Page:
Graphene Nanotubes: The Latest Advancement in Li-ion Batteries ...

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From Design News:,industry_alt,aid_264822&dfpLayout=blog

The use of graphene seems to be emerging as one of the ways forward for new lithium-ion battery designs. If you remember, SiNode Systems is working with anodes that use graphene to build a high-capacity, high-performance lithium-ion battery. It turns out Rice University researchers also are experimenting with graphene -- in the form of graphene nanoribbons (GNRs) -- to achieve a similar effect.

A Rice research team -- including chemistry, engineering, and computer science professor James Tour and postdoctoral research Jian Lin -- has successfully created proof-of-concept anodes that are capable of more capacity than typical battery anodes by creating them out of GNRs and tin oxide. Typical lithium-ion battery anodes, or the part of the battery that stores lithium ions, are made primarily of tin oxide and graphite.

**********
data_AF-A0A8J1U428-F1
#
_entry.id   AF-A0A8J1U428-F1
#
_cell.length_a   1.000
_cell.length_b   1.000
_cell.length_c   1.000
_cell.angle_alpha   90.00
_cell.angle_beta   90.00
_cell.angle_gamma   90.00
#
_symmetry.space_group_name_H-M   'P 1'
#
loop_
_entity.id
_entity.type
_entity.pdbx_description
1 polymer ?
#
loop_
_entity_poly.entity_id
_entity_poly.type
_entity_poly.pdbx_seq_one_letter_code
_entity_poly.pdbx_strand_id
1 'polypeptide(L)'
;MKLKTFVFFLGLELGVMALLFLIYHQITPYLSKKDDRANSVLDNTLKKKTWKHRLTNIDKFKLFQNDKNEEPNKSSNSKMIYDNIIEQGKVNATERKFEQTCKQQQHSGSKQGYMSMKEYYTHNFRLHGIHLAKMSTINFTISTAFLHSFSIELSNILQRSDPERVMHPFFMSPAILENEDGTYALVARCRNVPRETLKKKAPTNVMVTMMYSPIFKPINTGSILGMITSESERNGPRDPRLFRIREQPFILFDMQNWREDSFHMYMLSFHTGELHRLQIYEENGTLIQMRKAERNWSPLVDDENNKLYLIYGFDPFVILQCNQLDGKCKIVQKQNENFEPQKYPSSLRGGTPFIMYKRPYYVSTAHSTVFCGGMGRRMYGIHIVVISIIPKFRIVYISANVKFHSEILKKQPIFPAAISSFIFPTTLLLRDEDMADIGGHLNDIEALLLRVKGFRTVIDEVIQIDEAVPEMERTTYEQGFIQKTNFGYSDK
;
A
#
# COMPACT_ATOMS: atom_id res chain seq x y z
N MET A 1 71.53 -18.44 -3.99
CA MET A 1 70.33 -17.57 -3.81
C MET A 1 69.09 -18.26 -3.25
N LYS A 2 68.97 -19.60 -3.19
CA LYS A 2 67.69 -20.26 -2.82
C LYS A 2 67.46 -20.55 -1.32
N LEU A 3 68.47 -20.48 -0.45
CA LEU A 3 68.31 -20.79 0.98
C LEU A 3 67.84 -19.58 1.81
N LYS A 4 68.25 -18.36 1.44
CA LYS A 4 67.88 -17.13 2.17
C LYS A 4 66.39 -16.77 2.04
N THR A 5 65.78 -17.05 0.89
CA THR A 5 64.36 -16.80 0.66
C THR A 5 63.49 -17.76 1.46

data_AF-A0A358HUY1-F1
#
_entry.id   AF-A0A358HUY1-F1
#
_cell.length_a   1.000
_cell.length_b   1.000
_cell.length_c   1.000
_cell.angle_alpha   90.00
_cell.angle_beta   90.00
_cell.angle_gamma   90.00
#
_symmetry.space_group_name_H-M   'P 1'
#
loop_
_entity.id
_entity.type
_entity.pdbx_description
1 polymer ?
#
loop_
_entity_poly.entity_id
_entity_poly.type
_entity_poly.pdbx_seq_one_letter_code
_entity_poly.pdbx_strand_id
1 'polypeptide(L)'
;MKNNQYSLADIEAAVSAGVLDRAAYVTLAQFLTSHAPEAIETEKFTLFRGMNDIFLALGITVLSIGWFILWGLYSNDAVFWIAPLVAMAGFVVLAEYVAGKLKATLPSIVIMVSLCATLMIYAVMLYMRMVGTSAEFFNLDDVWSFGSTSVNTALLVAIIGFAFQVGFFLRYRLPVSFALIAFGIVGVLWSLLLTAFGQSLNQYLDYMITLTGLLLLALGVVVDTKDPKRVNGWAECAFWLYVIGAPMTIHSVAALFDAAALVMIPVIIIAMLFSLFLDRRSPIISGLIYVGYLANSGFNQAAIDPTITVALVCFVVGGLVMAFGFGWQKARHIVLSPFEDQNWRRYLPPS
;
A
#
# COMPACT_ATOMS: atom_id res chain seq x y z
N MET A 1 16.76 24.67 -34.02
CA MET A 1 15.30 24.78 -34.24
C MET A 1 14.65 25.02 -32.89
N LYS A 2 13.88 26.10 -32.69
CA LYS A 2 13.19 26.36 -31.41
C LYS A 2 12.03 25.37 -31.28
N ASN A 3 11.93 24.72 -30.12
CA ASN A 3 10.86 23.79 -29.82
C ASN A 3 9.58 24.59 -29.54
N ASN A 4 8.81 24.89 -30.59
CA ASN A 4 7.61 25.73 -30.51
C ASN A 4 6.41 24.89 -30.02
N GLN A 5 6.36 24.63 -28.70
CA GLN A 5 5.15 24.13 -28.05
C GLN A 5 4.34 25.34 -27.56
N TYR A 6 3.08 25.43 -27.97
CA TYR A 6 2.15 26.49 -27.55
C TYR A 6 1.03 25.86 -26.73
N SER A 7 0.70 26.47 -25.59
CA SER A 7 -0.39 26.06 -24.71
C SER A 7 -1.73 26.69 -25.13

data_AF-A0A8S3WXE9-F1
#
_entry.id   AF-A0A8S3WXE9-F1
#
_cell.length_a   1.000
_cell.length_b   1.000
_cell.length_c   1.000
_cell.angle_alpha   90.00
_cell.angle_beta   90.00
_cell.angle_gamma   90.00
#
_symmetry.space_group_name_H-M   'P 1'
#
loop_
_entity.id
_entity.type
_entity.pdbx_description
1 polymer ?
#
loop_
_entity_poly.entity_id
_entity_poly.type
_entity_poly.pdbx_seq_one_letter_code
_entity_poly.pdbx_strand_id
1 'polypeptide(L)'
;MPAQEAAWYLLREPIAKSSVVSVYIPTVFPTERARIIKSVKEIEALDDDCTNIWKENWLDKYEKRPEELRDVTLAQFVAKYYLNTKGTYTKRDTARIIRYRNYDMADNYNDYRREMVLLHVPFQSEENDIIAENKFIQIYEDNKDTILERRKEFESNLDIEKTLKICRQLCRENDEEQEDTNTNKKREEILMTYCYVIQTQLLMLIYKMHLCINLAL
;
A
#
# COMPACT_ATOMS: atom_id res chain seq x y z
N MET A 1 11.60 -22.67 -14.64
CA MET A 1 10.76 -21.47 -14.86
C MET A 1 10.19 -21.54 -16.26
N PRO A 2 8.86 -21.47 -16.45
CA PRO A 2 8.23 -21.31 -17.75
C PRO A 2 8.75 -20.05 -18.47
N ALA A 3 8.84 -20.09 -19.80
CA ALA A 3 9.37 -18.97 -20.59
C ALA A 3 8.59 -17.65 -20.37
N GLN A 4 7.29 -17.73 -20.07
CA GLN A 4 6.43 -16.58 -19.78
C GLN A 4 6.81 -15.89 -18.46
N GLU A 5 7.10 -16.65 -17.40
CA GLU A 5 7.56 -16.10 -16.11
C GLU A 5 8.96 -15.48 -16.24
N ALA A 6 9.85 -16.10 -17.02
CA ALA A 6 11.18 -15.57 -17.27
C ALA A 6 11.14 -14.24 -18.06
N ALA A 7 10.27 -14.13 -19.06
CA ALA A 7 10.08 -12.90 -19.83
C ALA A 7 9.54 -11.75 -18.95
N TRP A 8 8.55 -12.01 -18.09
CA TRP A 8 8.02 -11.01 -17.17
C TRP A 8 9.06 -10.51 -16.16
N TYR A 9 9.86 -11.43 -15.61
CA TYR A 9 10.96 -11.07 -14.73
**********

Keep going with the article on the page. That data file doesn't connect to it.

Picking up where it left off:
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Researchers at Rice University have used a method they developed for unzipping carbon nanotubes and turning them into graphene nanoribbons (GNRs) (shown here) to create better anodes for lithium-ion batteries.
(Source: Rice University)

After 50 charge-discharge cycles, the test anodes created by the team maintained a capacity that was still more than double that of the graphite currently used for lithium-ion battery anodes, researchers said. This extended life could pave the way for numerous commercial applications of this type of battery design in devices as well as electric vehicles, they said. The team published its findings in a recent article in the chemistry journal ACS Nano ...

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